Since even without the chemo, I am prone to losing things, I have made myself get into the habit of putting my keys on the entryway table and my ring in my jewelry box. Unfortunately, I am more prone to being sidetracked than ever.

      Sometimes, I think our stuff goes into another dimension to hide and comes out somewhere other than where we put it!

      Have a great St Valentine’s day and fun in the mountains!


  6. Well, it doesn’t show in the quality of your blog posts. They are as lucid and entertaining as ever. Of course, I don’t mean to discount what you’re going through. I’m sure it must be horrific. But the writing’s still good.

    I lost my keys the other day, which I never do. Finally, I discovered them behind the radiator in the bathroom. I typically drape my pants over the radiator when I shower, and the keys fell out without my noticing. Well, I practically turned the house over before I found them. So maybe your wedding ring is in a similar kind of place. Anyway, I’m sure you’ll find it.


    Kim G
    Boston, MA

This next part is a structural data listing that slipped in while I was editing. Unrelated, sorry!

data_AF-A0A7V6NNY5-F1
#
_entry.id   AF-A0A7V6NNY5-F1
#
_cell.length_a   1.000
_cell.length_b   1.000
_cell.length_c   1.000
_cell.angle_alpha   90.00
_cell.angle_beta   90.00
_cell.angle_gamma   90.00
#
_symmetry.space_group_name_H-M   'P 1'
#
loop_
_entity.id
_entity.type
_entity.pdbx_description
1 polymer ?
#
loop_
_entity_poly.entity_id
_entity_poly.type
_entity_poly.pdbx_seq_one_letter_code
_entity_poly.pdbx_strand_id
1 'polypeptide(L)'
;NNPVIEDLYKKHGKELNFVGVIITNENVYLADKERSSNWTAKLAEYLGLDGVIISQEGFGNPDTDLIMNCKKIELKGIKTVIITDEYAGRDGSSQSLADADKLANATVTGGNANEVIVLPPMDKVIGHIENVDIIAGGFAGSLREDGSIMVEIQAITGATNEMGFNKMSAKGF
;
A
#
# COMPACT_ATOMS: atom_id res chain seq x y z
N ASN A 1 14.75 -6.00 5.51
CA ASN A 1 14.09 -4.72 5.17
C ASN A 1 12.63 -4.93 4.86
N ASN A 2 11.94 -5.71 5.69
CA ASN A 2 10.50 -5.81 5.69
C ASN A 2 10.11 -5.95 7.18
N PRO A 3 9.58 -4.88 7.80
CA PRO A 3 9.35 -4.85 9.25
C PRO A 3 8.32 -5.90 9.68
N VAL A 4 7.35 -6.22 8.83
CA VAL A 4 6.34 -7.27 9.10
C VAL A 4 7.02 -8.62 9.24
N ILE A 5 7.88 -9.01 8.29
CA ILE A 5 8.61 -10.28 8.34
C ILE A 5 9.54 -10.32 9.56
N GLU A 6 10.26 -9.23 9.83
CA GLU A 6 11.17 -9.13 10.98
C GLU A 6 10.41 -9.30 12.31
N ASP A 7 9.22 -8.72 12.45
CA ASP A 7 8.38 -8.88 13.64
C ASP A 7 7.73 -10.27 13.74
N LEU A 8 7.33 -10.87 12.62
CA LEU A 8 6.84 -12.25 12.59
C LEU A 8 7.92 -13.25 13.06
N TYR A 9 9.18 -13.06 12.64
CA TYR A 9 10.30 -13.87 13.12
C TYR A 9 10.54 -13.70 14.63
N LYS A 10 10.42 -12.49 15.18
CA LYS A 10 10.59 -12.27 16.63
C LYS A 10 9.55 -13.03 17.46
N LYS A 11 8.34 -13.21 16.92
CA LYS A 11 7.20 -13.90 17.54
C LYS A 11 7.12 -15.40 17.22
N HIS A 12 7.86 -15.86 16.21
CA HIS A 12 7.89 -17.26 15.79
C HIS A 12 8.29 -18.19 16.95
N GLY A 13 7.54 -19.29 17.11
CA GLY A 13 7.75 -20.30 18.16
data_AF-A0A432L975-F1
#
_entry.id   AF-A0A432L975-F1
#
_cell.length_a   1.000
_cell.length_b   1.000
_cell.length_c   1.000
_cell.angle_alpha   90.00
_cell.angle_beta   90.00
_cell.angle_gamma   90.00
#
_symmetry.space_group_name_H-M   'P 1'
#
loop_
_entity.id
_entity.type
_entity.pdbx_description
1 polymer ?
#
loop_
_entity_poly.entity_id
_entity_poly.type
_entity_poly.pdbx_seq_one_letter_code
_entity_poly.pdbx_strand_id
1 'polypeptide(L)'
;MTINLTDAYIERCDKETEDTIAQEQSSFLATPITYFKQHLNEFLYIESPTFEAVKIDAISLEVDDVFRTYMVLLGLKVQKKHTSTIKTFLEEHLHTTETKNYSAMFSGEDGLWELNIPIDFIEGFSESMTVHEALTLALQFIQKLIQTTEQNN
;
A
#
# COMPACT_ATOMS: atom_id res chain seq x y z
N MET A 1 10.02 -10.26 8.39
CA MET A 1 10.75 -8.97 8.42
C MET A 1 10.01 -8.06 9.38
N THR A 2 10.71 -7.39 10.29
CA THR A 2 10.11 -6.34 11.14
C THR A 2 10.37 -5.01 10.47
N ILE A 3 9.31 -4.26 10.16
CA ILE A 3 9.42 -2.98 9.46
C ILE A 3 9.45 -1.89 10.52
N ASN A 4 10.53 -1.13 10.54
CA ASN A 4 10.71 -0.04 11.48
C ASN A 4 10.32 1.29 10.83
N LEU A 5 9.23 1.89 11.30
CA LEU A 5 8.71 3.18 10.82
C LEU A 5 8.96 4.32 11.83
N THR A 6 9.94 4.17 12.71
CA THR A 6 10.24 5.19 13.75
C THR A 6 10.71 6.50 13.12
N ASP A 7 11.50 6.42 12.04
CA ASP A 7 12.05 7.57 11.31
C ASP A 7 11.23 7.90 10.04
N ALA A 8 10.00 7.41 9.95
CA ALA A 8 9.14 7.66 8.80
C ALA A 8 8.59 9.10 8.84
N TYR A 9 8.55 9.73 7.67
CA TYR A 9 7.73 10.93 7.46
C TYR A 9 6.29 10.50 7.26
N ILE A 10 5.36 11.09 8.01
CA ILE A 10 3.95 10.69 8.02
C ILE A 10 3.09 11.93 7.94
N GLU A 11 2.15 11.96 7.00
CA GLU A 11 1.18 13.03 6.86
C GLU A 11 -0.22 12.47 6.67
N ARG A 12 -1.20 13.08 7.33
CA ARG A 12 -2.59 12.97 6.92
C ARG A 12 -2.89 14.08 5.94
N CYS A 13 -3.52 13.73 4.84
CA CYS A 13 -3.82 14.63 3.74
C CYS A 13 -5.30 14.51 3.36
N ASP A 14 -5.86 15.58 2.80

Where we’re still rooting for you!

    • Thank you Kim,
      When I write I have the opportunity to edit, and I also have spell check in two languages, which is good, because I seem to have lost the ability to spell too. It helps also that I have Husband to read my posts and he is a good editor. It’s my story writing that is suffering, I can’t seem to concentrate on plots etc. Essay writing is essentially just rambling…or at least the way I do it.

      When I read that you put your pants on the radiator, that reminded me of putting my barn coat on the woodstove. I used to drape my barn coat on the woodstove for a few minutes while I got ready to go out so the inside of it would be warm. One day, I got distracted and by the time I got to my coat, well, let’s just say, it was much warmer than I needed it to be.